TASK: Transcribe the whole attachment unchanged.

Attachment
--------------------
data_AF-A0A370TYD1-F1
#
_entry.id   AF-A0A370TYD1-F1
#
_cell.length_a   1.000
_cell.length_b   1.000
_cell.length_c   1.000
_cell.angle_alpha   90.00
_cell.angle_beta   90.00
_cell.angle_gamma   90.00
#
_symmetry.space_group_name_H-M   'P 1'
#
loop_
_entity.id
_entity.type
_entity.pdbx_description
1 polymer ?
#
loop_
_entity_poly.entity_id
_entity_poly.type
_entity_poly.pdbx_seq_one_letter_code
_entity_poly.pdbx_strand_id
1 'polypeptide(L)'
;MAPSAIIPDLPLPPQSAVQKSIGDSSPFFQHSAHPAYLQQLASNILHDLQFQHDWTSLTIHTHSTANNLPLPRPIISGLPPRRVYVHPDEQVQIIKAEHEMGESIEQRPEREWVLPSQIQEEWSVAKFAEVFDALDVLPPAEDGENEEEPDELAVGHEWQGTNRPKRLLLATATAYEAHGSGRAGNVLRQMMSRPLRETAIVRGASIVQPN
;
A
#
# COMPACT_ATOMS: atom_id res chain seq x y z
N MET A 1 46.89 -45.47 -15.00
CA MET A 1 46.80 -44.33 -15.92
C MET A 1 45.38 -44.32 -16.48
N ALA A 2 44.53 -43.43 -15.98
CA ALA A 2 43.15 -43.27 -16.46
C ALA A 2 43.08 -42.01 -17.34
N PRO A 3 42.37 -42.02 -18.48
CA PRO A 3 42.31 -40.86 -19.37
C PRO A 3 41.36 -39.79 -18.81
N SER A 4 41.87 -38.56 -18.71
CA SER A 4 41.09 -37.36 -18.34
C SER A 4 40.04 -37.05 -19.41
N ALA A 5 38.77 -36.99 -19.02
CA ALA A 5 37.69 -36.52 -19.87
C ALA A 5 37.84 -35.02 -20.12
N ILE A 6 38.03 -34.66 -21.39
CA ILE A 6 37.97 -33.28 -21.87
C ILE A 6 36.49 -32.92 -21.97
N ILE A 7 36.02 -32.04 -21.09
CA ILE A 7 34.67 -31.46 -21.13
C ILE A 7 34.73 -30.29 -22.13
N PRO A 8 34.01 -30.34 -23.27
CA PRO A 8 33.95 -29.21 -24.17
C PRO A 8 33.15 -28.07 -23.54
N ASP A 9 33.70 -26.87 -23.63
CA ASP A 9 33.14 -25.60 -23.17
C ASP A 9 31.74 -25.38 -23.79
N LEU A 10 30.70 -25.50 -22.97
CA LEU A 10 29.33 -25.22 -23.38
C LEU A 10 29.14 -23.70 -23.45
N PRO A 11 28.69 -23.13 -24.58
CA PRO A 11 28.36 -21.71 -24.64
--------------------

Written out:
data_AF-A0A370TYD1-F1
#
_entry.id   AF-A0A370TYD1-F1
#
_cell.length_a   1.000
_cell.length_b   1.000
_cell.length_c   1.000
_cell.angle_alpha   90.00
_cell.angle_beta   90.00
_cell.angle_gamma   90.00
#
_symmetry.space_group_name_H-M   'P 1'
#
loop_
_entity.id
_entity.type
_entity.pdbx_description
1 polymer ?
#
loop_
_entity_poly.entity_id
_entity_poly.type
_entity_poly.pdbx_seq_one_letter_code
_entity_poly.pdbx_strand_id
1 'polypeptide(L)'
;MAPSAIIPDLPLPPQSAVQKSIGDSSPFFQHSAHPAYLQQLASNILHDLQFQHDWTSLTIHTHSTANNLPLPRPIISGLPPRRVYVHPDEQVQIIKAEHEMGESIEQRPEREWVLPSQIQEEWSVAKFAEVFDALDVLPPAEDGENEEEPDELAVGHEWQGTNRPKRLLLATATAYEAHGSGRAGNVLRQMMSRPLRETAIVRGASIVQPN
;
A
#
# COMPACT_ATOMS: atom_id res chain seq x y z
N MET A 1 46.89 -45.47 -15.00
CA MET A 1 46.80 -44.33 -15.92
C MET A 1 45.38 -44.32 -16.48
N ALA A 2 44.53 -43.43 -15.98
CA ALA A 2 43.15 -43.27 -16.46
C ALA A 2 43.08 -42.01 -17.34
N PRO A 3 42.37 -42.02 -18.48
CA PRO A 3 42.31 -40.86 -19.37
C PRO A 3 41.36 -39.79 -18.81
N SER A 4 41.87 -38.56 -18.71
CA SER A 4 41.09 -37.36 -18.34
C SER A 4 40.04 -37.05 -19.41
N ALA A 5 38.77 -36.99 -19.02
CA ALA A 5 37.69 -36.52 -19.87
C ALA A 5 37.84 -35.02 -20.12
N ILE A 6 38.03 -34.66 -21.39
CA ILE A 6 37.97 -33.28 -21.87
C ILE A 6 36.49 -32.92 -21.97
N ILE A 7 36.02 -32.04 -21.09
CA ILE A 7 34.67 -31.46 -21.13
C ILE A 7 34.73 -30.29 -22.13
N PRO A 8 34.01 -30.34 -23.27
CA PRO A 8 33.95 -29.21 -24.17
C PRO A 8 33.15 -28.07 -23.54
N ASP A 9 33.70 -26.87 -23.63
CA ASP A 9 33.14 -25.60 -23.17
C ASP A 9 31.74 -25.38 -23.79
N LEU A 10 30.70 -25.50 -22.97
CA LEU A 10 29.33 -25.22 -23.38
C LEU A 10 29.14 -23.70 -23.45
N PRO A 11 28.69 -23.13 -24.58
CA PRO A 11 28.36 -21.71 -24.64